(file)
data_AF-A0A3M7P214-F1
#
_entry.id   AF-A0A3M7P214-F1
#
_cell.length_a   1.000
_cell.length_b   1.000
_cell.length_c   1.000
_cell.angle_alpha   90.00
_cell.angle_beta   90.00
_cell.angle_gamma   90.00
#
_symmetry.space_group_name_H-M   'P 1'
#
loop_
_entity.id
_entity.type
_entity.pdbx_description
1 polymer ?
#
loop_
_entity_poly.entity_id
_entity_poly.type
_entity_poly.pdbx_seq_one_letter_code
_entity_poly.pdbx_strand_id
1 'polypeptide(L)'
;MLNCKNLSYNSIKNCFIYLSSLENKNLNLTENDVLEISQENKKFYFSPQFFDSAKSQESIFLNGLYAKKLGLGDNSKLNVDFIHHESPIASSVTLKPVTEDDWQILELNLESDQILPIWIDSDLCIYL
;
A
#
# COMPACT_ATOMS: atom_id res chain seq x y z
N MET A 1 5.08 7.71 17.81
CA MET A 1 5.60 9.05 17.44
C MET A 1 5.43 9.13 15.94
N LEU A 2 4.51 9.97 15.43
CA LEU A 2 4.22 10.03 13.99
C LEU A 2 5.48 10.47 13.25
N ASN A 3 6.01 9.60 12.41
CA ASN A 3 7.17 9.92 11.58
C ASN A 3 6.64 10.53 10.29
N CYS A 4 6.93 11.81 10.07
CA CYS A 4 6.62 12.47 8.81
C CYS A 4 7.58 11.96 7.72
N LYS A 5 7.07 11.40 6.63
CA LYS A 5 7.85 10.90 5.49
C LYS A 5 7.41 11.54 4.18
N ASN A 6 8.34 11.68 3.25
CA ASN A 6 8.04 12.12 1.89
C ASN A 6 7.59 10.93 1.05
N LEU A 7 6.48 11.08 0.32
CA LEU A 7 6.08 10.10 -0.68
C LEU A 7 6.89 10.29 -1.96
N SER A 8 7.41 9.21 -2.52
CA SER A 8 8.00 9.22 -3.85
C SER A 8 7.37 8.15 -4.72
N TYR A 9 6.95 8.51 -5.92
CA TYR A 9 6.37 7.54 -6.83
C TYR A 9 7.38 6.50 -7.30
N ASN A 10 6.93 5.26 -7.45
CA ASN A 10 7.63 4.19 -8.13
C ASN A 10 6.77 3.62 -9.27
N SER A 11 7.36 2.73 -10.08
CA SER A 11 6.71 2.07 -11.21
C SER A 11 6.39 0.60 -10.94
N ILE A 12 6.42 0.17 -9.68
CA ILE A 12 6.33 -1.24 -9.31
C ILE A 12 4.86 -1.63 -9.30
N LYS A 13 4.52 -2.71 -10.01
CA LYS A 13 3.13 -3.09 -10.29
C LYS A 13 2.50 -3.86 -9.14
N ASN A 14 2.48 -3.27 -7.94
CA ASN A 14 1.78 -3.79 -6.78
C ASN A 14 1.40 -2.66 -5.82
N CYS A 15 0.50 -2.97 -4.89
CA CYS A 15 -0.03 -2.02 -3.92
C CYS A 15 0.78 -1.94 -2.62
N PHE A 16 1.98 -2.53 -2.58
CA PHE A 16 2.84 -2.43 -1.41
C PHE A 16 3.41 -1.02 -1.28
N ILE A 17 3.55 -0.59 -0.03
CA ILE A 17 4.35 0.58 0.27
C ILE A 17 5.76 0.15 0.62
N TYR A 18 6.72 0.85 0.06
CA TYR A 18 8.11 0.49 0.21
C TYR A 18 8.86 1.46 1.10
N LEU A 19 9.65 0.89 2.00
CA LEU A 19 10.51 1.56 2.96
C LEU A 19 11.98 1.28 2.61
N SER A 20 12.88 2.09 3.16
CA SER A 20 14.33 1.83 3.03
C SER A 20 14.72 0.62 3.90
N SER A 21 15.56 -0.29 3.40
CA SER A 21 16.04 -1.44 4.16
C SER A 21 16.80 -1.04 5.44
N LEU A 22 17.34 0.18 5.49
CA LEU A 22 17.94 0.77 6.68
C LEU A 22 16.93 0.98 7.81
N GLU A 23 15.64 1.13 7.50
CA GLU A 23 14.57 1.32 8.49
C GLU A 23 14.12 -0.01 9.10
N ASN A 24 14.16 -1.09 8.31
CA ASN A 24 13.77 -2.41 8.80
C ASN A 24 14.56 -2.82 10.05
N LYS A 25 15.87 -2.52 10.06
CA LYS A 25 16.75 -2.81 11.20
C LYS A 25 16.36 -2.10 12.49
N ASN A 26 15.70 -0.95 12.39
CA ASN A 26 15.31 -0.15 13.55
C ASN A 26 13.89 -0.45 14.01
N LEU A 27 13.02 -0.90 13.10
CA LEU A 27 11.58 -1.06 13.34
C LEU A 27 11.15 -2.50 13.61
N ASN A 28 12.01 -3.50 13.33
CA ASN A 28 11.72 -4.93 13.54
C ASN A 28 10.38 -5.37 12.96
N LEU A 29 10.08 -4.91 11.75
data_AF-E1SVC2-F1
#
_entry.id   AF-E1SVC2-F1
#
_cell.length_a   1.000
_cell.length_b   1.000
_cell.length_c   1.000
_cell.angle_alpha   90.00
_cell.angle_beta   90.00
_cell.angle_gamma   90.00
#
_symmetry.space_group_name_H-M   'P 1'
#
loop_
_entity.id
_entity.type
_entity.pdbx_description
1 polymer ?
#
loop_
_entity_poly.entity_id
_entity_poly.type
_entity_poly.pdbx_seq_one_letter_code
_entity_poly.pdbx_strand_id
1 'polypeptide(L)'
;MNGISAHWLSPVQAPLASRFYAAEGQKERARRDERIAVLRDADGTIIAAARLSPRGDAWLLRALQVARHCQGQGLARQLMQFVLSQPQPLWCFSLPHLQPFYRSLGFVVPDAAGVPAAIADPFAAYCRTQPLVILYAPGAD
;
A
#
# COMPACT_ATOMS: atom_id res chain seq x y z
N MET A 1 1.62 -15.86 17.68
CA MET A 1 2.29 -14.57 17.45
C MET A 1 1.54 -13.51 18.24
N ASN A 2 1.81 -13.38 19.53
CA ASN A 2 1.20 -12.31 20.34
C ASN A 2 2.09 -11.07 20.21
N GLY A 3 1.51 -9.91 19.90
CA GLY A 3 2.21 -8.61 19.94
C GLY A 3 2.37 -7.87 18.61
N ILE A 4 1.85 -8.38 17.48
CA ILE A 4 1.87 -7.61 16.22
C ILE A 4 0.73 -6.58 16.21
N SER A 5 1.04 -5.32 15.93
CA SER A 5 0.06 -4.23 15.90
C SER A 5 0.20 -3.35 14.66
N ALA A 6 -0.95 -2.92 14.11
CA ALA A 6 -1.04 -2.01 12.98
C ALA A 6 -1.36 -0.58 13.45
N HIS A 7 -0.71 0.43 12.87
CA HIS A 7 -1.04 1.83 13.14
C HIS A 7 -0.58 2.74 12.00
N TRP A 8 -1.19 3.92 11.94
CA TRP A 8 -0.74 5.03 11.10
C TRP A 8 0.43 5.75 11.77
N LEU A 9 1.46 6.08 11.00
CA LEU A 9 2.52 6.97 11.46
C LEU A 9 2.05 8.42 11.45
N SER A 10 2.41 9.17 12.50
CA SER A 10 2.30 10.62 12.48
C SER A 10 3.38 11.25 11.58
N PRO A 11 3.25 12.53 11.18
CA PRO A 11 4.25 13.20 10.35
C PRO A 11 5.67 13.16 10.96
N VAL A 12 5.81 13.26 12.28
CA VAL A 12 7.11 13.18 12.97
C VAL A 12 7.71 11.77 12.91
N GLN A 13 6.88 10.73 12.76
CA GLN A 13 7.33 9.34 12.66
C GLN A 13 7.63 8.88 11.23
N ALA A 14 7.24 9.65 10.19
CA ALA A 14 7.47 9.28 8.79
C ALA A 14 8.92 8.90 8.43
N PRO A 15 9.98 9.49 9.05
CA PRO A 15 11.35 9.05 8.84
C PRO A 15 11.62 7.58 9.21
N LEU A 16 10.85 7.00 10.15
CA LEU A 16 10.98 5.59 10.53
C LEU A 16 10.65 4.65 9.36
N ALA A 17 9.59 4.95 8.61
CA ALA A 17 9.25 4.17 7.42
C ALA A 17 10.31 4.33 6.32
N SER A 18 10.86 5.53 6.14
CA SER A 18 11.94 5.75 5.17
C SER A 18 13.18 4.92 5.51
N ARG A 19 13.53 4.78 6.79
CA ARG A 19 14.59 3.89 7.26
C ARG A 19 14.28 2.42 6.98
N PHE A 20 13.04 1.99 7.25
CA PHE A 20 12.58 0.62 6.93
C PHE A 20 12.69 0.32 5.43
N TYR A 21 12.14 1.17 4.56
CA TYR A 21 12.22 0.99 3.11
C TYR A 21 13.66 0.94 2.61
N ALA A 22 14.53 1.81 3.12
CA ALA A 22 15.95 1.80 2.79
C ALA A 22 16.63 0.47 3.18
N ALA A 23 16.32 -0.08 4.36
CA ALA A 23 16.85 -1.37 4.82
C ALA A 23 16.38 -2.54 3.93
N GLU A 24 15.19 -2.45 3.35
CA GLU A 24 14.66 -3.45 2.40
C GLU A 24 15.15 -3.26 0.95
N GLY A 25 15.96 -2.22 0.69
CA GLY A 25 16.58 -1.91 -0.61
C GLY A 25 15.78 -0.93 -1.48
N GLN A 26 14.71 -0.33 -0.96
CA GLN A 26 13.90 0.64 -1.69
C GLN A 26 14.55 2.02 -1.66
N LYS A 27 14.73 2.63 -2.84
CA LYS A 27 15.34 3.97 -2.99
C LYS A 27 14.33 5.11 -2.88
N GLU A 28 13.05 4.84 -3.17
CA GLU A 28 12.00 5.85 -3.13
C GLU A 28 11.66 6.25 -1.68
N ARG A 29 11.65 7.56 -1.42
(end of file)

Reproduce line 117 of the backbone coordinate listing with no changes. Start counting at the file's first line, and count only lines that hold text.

#